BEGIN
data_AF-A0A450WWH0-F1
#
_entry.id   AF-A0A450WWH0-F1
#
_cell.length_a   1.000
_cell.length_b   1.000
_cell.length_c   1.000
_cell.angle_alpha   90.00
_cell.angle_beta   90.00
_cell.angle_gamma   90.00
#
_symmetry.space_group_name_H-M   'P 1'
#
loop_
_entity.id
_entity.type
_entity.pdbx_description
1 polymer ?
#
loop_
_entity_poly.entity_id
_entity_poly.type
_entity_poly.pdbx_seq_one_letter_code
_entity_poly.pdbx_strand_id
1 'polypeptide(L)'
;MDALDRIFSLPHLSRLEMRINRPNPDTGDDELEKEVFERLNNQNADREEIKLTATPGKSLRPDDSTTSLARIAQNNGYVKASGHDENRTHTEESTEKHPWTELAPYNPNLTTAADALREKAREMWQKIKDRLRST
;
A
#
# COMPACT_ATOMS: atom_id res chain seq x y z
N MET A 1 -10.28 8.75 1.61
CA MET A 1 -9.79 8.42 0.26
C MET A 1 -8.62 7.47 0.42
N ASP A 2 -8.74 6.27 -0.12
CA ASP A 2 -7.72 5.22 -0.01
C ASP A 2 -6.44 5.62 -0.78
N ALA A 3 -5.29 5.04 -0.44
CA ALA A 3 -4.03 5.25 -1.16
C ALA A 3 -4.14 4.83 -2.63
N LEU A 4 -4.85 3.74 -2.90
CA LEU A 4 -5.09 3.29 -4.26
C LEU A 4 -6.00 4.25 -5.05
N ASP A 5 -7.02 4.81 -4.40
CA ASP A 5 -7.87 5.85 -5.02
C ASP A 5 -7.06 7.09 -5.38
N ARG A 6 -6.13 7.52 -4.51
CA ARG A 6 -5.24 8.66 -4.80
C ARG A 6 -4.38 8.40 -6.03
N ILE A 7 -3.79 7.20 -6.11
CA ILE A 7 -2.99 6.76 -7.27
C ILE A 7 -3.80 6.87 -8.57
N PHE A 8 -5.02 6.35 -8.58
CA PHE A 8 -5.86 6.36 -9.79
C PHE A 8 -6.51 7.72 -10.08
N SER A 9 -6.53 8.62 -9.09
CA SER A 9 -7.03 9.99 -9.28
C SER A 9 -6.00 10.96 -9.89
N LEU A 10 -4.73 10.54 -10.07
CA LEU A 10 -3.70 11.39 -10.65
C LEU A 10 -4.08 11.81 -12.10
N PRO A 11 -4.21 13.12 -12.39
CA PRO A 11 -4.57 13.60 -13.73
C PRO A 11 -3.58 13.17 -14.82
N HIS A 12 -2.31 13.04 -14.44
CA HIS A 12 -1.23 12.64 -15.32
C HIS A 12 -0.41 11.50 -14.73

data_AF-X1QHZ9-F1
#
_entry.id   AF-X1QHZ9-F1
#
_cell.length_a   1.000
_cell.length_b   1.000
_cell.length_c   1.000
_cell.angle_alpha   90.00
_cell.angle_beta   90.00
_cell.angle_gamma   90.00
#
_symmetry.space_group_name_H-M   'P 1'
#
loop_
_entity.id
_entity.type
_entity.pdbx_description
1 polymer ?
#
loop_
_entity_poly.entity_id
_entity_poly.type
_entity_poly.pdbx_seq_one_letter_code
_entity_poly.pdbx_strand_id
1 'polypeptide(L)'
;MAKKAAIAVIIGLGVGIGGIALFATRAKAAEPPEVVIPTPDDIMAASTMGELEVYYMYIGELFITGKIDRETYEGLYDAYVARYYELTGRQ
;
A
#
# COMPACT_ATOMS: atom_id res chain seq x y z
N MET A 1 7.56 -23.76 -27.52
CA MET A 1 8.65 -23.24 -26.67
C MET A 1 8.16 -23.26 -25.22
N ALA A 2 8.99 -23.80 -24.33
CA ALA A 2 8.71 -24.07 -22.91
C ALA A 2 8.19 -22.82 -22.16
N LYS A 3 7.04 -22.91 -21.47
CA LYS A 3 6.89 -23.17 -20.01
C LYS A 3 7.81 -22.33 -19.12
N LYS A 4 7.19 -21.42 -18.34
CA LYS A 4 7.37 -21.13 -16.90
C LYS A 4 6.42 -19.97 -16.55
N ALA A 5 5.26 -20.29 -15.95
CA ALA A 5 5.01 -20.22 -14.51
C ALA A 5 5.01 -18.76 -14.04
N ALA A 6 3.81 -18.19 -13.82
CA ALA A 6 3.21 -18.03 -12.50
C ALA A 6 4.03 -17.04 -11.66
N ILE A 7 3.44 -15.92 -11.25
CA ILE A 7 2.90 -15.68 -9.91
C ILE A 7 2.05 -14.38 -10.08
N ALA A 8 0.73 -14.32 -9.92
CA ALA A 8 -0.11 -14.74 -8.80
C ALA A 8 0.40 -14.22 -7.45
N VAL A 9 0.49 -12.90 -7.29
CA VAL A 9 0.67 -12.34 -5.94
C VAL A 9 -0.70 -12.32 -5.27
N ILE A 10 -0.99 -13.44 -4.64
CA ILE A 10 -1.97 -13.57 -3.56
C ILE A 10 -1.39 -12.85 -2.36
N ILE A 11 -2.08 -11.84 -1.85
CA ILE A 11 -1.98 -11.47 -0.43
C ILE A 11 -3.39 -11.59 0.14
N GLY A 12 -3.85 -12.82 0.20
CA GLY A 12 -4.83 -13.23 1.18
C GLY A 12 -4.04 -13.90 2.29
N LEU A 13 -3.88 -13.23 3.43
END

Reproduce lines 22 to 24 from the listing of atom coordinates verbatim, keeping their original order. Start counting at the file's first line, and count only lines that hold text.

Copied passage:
_entity_poly.type
_entity_poly.pdbx_seq_one_letter_code
_entity_poly.pdbx_strand_id